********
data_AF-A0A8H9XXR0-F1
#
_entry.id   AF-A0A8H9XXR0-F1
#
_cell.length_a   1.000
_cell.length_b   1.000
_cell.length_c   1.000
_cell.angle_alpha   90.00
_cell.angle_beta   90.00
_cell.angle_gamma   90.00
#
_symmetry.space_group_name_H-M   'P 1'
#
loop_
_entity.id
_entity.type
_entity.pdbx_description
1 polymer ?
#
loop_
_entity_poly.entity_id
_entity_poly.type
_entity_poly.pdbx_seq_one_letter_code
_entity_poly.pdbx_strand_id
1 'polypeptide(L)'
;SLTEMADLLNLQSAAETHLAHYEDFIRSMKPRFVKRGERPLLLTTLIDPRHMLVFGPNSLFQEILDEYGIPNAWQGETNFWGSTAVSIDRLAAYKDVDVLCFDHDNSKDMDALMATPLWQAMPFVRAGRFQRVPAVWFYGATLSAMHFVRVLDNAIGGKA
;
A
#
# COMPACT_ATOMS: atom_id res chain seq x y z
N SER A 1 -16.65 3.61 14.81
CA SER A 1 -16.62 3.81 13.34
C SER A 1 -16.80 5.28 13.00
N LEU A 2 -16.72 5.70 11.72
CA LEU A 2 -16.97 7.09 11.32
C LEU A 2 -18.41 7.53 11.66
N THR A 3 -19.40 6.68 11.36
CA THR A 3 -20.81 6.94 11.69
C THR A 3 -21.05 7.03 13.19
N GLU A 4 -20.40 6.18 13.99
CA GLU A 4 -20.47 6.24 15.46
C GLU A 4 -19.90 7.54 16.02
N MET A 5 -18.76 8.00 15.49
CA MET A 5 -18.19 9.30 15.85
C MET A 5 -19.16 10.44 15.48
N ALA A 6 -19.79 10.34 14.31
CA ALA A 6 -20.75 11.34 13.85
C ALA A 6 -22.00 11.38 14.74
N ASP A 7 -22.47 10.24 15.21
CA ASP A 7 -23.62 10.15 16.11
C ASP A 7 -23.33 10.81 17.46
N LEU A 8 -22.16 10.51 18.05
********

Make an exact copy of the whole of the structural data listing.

data_AF-A0A8H9XXR0-F1
#
_entry.id   AF-A0A8H9XXR0-F1
#
_cell.length_a   1.000
_cell.length_b   1.000
_cell.length_c   1.000
_cell.angle_alpha   90.00
_cell.angle_beta   90.00
_cell.angle_gamma   90.00
#
_symmetry.space_group_name_H-M   'P 1'
#
loop_
_entity.id
_entity.type
_entity.pdbx_description
1 polymer ?
#
loop_
_entity_poly.entity_id
_entity_poly.type
_entity_poly.pdbx_seq_one_letter_code
_entity_poly.pdbx_strand_id
1 'polypeptide(L)'
;SLTEMADLLNLQSAAETHLAHYEDFIRSMKPRFVKRGERPLLLTTLIDPRHMLVFGPNSLFQEILDEYGIPNAWQGETNFWGSTAVSIDRLAAYKDVDVLCFDHDNSKDMDALMATPLWQAMPFVRAGRFQRVPAVWFYGATLSAMHFVRVLDNAIGGKA
;
A
#
# COMPACT_ATOMS: atom_id res chain seq x y z
N SER A 1 -16.65 3.61 14.81
CA SER A 1 -16.62 3.81 13.34
C SER A 1 -16.80 5.28 13.00
N LEU A 2 -16.72 5.70 11.72
CA LEU A 2 -16.97 7.09 11.32
C LEU A 2 -18.41 7.53 11.66
N THR A 3 -19.40 6.68 11.36
CA THR A 3 -20.81 6.94 11.69
C THR A 3 -21.05 7.03 13.19
N GLU A 4 -20.40 6.18 13.99
CA GLU A 4 -20.47 6.24 15.46
C GLU A 4 -19.90 7.54 16.02
N MET A 5 -18.76 8.00 15.49
CA MET A 5 -18.19 9.30 15.85
C MET A 5 -19.16 10.44 15.48
N ALA A 6 -19.79 10.34 14.31
CA ALA A 6 -20.75 11.34 13.85
C ALA A 6 -22.00 11.38 14.74
N ASP A 7 -22.47 10.24 15.21
CA ASP A 7 -23.62 10.15 16.11
C ASP A 7 -23.33 10.81 17.46
N LEU A 8 -22.16 10.51 18.05